Advanced Concepts – Speed & Performance

Watch This Lesson


Lesson Overview

In this advanced web design lesson, we’ll explore Speed & Performance tips:

  1. Hosting
  2. Images
  3. Videos
  4. Plugins
  5. Redirects

The following lesson will discuss the final 3 tips: CDN, Caching, Minification.


Lesson Transcription

Welcome! I’m Leighton, your webmaster. In today’s lesson, let’s talk about some more advanced concepts of a website: Speed & Performance. Let’s start with a question: which sounds more appealing to you? A website that loads in 10 seconds…. Or a website that loads in 2? (pause) You would probably prefer 2 seconds. In fact, is there a chance you wouldn’t even wait 10 seconds for the first site? Statistically speaking, some websites lose traffic and even revenue because of slow load times. So you and I both agree that a fast website is ideal… but who else do you think agrees with us? Google! Search engines have always recommended having a fast-loading website, but as of May 2021, Google’s search ranking algorithms got another upgrade to prioritize what’s called Core Web Vitals, which is a group of performance indicators that basically tell you how fast your website loads. The point of all this is, your visitors, your clients and the search engines would all prefer your website to load as quickly as possible. But that’s easier said than done. And that’s also why this is an “advanced concept.” There is SO much that goes into performance and dictates load time. It’s not just the click of 1 button. So how exactly do you increase the speed of your website? What do you think impacts the load time? Well, there’s a ton of factors, so let’s cover 8 of the major ones. And remember: the Web continues to evolve. New software comes out, coding languages mature, WordPress updates itself… So it’s super important that you continue your education and research the latest developments in web design. That being said, let’s go through these 8 site performance principles, namely, Hosting, Images, Videos, Plugins, Redirects, and then the next lesson will wrap up with Caching, CDN and Minfiication.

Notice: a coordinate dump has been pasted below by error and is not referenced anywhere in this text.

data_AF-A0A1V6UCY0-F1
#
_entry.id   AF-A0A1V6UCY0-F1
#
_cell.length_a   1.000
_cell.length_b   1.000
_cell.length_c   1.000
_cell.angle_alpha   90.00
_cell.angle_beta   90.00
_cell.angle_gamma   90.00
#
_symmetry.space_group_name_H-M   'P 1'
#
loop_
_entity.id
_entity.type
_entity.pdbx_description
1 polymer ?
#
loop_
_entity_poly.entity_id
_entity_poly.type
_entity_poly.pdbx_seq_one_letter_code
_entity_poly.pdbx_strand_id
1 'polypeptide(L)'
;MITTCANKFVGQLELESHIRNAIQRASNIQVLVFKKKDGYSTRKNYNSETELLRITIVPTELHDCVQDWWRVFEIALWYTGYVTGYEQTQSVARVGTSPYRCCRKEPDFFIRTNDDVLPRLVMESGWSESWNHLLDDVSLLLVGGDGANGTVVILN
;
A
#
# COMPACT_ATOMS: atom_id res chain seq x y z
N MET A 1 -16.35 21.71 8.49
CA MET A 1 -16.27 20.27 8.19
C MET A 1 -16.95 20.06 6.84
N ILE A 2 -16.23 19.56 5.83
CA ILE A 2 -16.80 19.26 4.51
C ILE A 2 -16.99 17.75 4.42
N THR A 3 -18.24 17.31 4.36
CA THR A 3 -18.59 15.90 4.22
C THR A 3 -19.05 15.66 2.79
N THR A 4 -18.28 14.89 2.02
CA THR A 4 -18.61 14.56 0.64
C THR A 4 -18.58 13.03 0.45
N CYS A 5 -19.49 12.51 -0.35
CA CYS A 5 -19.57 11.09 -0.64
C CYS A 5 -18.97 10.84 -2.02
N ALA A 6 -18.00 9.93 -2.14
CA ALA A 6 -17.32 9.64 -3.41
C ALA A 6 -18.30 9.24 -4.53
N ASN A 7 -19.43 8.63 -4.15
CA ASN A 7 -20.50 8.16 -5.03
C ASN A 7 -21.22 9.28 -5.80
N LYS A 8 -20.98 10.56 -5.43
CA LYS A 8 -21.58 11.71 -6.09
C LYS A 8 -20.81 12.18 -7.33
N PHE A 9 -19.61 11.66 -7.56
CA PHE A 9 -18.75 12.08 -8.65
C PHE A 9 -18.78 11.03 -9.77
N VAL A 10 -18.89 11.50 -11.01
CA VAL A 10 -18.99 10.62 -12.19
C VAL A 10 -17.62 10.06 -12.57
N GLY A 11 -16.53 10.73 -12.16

1. Hosting. Remember, your server is the foundation of your website. Its infrastructure. I cannot overstate this: Hosting is the #1 biggest contributor to your website’s performance, hands down. After all, how stable is a house if the foundation is weak? Cheap shared economy servers, by nature, are limited in their performance potential. That means all other performance tricks you implement can only do so much if you’re on a low-quality server. Now, that doesn’t mean hosting is the beginning and the end of your performance audit, but it is the core. Your performance potential is restricted on a lower-end server. On the other hand, if you’re on a terrific cloud server, like Cloudways, but you neglect other performance recommendations, your site’s load time could still suffer. Of course, when you’re first starting out and on a slim budget, a few extra seconds of load time might be an acceptable trade-off for affordable hosting, and that’s fine, but when the time comes to take performance seriously, consider dedicated or managed cloud hosting as step #1. Personally, I absolutely love Cloudways as a managed cloud server, and they’re still on the affordable end. Here’s a convenient link to Cloudways, and you can review the Hosting lesson in Section 1 of this Course to recap the various options available to you.